Tibetans ask how many more will die in the flames

At least 22 protesters have set themselves alight in past year.

Martyrs' memorial tribute to monks who have set themselves alight in eastern Tibet in the past year stands at the entrance to the Dalai Lama´s temple in McLeod Ganj, India.
Powered by automated translation

MCLEOD GANJ, INDIA // At the martyrs' memorial near the exiled Dalai Lama's temple in the mountains of northern India, images of monks hang as a solemn tribute to their sacrifice. Lobsang Phuntsok, 20, set himself alight in Tibet last March to protest Chinese rule over his homeland. Tsewang Norbu, 29, did the same five months later. Next to their photographs, a question is scrawled: "How many more lives?"

But it is also a challenge to other Tibetans. One that here in the Tibetan exile capital and in China, they seem unable, or unwilling, to answer.

As Tibetans mark their new year this week, how to respond to an often suicidal form of protest is dividing a community five decades in exile in the Himalayas.

At least 22 monks, nuns and ordinary people have set themselves alight in the past year in Tibetan areas of western china. At least 14 have died.

Buddhists around the world have used immolation as political protest before.

In 1963, the Vietnamese monk, Thich Quang Duc, famously did so to draw attention the south's mistreatment of Vietnam's Buddhist population. Yet for Tibetans, no strangers to non-violent forms of resistance, self-immolation was almost unheard of before last year.

The first was in early 2009. Then nothing until March last year. Now there is one self-immolation almost every two weeks.

China's response has been unwavering. Beijing calls Tibetans terrorists and surrounds their monasteries and villages with paramilitaries and baton-wielding police.

In the town of Aba, or Ngaba in Tibetan, security forces are positioned every few metres along the main roads in and out.

Tibetans in exile, meanwhile, view the fiery acts of suicide as desperate appeals for help in countering China's repressive policies.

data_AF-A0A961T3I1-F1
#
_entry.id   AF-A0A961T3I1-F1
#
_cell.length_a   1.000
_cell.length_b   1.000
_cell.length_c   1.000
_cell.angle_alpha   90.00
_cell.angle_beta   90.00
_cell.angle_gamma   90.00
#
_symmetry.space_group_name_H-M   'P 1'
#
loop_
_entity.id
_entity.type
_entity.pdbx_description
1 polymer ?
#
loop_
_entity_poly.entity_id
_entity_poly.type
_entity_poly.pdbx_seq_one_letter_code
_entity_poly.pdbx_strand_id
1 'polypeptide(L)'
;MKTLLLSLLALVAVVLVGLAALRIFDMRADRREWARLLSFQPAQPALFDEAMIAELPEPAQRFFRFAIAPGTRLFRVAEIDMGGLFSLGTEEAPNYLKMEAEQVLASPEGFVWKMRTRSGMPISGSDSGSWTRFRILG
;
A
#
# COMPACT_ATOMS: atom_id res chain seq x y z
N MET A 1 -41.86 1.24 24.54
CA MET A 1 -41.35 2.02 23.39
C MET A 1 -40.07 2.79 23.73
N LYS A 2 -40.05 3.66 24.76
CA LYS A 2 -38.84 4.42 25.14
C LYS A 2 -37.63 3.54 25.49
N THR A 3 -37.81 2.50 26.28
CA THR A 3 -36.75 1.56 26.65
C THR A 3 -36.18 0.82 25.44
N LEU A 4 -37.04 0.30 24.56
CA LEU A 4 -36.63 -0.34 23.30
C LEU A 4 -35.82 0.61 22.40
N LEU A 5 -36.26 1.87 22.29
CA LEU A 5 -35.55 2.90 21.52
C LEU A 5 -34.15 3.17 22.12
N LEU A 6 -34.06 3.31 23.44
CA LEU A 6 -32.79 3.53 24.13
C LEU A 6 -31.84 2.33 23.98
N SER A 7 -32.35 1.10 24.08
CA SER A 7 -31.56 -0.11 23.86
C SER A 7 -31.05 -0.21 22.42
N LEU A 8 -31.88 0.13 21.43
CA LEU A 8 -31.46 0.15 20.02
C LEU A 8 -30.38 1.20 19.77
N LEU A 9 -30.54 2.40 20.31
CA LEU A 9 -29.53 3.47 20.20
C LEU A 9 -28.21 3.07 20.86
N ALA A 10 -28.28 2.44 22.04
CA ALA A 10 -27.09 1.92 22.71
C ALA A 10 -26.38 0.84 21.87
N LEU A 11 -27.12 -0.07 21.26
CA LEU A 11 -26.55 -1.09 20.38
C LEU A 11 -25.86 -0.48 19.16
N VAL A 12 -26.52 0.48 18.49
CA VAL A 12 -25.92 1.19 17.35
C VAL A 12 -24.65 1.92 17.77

Where they differ is whether this is the best way to influence Beijing's behaviour or a self-defeating exercise that will only lead to more deaths.

The Dalai Lama, Tibet's spiritual leader, has conceded self-immolations will bring a harsh Chinese reaction. But he has called those setting themselves on fire courageous and not asked Tibetans to stop.

Kirti Rinpoche, the exiled Tibetan abbot of Kirti Monastery in Aba, said last week: "We don't have any reason to ask them to stop, because we are not encouraging them to do this. It depends on Chinese policy, if they change or not."

Western analysts tend to agree. Mary Beth Markey, president of the International Campaign for Tibet in the United States, said the immolation crisis was a desperate response to China's stranglehold on religious, cultural and economic freedoms.

"Policies that on the one hand withhold rights and on the other shake the foundation of Tibetan traditions and livelihoods, like the forced denunciation of the Dalai Lama or the settlement of hundreds of thousands of nomads into 'socialist villages', are a kind of Chinese juggernaut against a Tibetan population with no way to respond within the system," Ms Markey said.

Not all Tibetans see the immolations as the best way to bring about change. The Karmapa Lama, a senior figure in Tibetan Buddhism, who has lived in India since 1999 after fleeing into exile, has called for an end to the tactic.

Last year he told journalists Tibetans should "preserve their lives and find other, constructive ways to work for the cause of Tibet".

Tenzin Losel, a human-rights researcher based in McLeod Ganj, said Tibetans appreciate the bravery, but China has shown no willingness to loosen its grip. Beijing has only grown more emboldened.

"In the exile community, we admire the courage and understand under what kind of circumstances somebody chooses to die.

"But on the other hand, people feel like it has to be stopped," Mr Losel said. "We cannot lose so may people like this. We need people to live and fight."

In December, Zhu Weiqun, a senior Chinese communist party official, told European Union representatives in Brussels that "the Chinese government will not change work policies in Tibet and the attitude toward the Dalai clique even if such cases happen again".

During his visit to the US last week, China's vice president, Xi Jinping, was only slightly more diplomatic, urging the West not to push China on its "core interests" of Tibet and Taiwan.

Kanyag Tsering, a Tibetan monk in exile who escaped China in 1999, said the situation in Aba was more dire today than ever.

"Before I started my journey to India, the Chinese were launching a re-education campaign in my monastery," he said. "At that time 14 to 15 monks had been detained."

It is worse today, he said. "I was born in Tibet, I grew up in Tibet. I know what was going on there."

An acquaintance of one of those who killed themselves last year is even more emphatic.

This exiled Tibetan said: "If you raise your voice, you are going to be kicked down. If you say the truth, China is going to put you in prison or kill you or detain you." Self-immolations, he added, "will bring the Tibetan issue into the light".